If you know of other hospitalero videos or resources that should be included on The Camino Provides, please email me at

Up next, training and packing for the Camino – Part 6 of this series.


Hospitaleros American Pilgrims on the Camino (APOC).

100 Spanish Photos Blog

“there’s the wine – delicious, cheap, and omnipresent”

Happy Friday everyone! I found a great blog that is incredibly fun to follow for us Caminoholics.  Writer Xina Marie Uhl just returned from her Camino in May and is now going through her photos and releasing them on her blog Journey Taker: travel and writing.

When I browse through her 100 Spanish Photos (currently there are 61), I feel like I’m walking the Camino with her, but without the blisters or sore knees. One of my favorite posts is about the free wine fountains that I’ve heard about and cannot wait to try! In her words:

“What can you expect food-wise while walking the Camino de Santiago in northern Spain? Well, first there’s the wine – delicious, cheap, and omnipresent. In fact, there’s even a free wine fountain at the Monasterio de Irache. I’ll just let that sink in for a moment. FREE WINE ON THE CAMINO. It also includes a webcam so that you can tell your friends to look at you drinking free wine in Spain. You know, if you are mean like that.”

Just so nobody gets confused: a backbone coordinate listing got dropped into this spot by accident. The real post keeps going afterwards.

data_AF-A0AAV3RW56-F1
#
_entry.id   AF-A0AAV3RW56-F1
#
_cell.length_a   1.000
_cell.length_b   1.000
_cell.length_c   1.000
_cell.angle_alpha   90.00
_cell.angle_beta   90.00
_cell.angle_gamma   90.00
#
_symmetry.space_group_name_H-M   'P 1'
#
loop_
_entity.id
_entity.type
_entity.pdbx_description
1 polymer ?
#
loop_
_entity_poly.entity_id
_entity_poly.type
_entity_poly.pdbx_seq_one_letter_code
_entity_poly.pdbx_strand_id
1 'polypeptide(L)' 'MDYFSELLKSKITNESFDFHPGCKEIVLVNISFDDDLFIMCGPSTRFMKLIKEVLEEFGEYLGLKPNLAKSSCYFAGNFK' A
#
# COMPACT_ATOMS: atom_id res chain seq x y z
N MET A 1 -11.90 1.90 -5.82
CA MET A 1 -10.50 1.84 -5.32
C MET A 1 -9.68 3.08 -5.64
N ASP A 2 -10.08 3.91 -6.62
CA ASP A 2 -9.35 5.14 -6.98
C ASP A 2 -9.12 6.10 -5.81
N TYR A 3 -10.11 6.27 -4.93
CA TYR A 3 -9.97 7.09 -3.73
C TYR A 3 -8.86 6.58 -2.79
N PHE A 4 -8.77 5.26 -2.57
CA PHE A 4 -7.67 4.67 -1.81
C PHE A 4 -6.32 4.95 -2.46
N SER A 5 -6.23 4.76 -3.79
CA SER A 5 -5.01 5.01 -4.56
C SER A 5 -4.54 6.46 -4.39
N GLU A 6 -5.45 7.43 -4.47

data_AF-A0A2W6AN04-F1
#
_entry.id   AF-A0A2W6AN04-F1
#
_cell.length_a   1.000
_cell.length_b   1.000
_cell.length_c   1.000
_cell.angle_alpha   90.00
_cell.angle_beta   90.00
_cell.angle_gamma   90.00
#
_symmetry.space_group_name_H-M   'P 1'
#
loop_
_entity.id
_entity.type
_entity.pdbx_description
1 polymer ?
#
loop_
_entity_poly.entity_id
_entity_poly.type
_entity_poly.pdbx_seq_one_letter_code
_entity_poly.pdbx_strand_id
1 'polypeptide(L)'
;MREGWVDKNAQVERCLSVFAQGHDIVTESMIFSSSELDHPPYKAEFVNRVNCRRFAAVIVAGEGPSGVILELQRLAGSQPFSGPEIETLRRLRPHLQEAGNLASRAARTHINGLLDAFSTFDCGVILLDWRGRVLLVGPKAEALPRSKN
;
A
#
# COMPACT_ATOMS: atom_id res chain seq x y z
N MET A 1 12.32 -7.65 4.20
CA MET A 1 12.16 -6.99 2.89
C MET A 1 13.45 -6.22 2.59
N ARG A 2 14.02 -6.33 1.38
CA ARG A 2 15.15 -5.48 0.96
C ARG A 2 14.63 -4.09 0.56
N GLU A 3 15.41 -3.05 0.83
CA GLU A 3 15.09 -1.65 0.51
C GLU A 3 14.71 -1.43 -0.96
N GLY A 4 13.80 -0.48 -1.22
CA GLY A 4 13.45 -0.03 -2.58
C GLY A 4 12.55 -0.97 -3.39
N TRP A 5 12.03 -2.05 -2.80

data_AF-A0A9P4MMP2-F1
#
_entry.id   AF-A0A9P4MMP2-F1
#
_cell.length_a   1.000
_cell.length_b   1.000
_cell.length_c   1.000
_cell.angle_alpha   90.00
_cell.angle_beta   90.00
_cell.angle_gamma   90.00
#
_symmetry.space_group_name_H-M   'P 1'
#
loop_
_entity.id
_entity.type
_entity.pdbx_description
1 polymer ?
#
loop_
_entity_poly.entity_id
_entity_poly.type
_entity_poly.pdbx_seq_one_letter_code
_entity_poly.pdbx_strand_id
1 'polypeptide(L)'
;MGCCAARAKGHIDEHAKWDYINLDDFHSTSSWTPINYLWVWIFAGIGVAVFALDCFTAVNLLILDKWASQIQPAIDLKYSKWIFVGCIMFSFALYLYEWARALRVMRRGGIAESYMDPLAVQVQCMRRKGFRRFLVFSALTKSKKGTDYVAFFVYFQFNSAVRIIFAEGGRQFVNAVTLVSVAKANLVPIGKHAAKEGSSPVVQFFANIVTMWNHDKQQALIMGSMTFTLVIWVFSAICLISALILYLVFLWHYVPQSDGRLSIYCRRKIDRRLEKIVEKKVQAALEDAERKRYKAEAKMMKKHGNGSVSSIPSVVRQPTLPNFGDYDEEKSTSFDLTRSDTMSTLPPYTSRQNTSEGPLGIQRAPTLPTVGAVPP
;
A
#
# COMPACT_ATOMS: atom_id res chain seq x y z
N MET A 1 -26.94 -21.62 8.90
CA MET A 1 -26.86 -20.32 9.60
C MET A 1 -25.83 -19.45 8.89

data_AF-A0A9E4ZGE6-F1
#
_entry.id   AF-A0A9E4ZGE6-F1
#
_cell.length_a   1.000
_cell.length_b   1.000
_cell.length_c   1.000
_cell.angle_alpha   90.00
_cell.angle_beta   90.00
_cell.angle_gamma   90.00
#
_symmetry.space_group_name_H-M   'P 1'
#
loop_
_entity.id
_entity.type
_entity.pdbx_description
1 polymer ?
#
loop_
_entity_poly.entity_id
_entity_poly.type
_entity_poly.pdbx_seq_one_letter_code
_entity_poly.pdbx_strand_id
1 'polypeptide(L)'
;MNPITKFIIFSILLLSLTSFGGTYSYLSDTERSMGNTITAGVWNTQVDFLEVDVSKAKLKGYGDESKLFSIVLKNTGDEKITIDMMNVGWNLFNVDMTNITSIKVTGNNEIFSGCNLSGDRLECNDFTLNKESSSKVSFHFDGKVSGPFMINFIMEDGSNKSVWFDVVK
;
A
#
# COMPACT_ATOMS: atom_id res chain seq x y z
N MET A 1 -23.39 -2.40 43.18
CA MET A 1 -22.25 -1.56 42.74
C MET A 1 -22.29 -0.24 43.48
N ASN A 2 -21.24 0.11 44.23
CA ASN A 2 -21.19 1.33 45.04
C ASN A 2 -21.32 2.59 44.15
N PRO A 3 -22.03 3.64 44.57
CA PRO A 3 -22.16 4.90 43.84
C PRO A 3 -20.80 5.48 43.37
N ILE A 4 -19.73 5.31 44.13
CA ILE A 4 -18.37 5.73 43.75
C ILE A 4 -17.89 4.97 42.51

wine fountainfrom Food for the Soul – 35-41/100 Camino Photos  by

Planning Part 4: Camino history and symbolism

Camino history and symbolism

pilgrims-shellAs I mentioned in part 1 of this series, the Camino isn’t just for devout Catholics. The pilgrimage has been embarked on by followers of other religions, spirituality seekers, atheists and adventurers alike — and in recent years has attracted up to 275,000 people annually.  Whatever your background or type of spirituality you practice, I believe it is good to know a little about the history of a place to  understand its significance. In this post, I continue to share my research, along with some personal observations. I welcome your comments in the form below.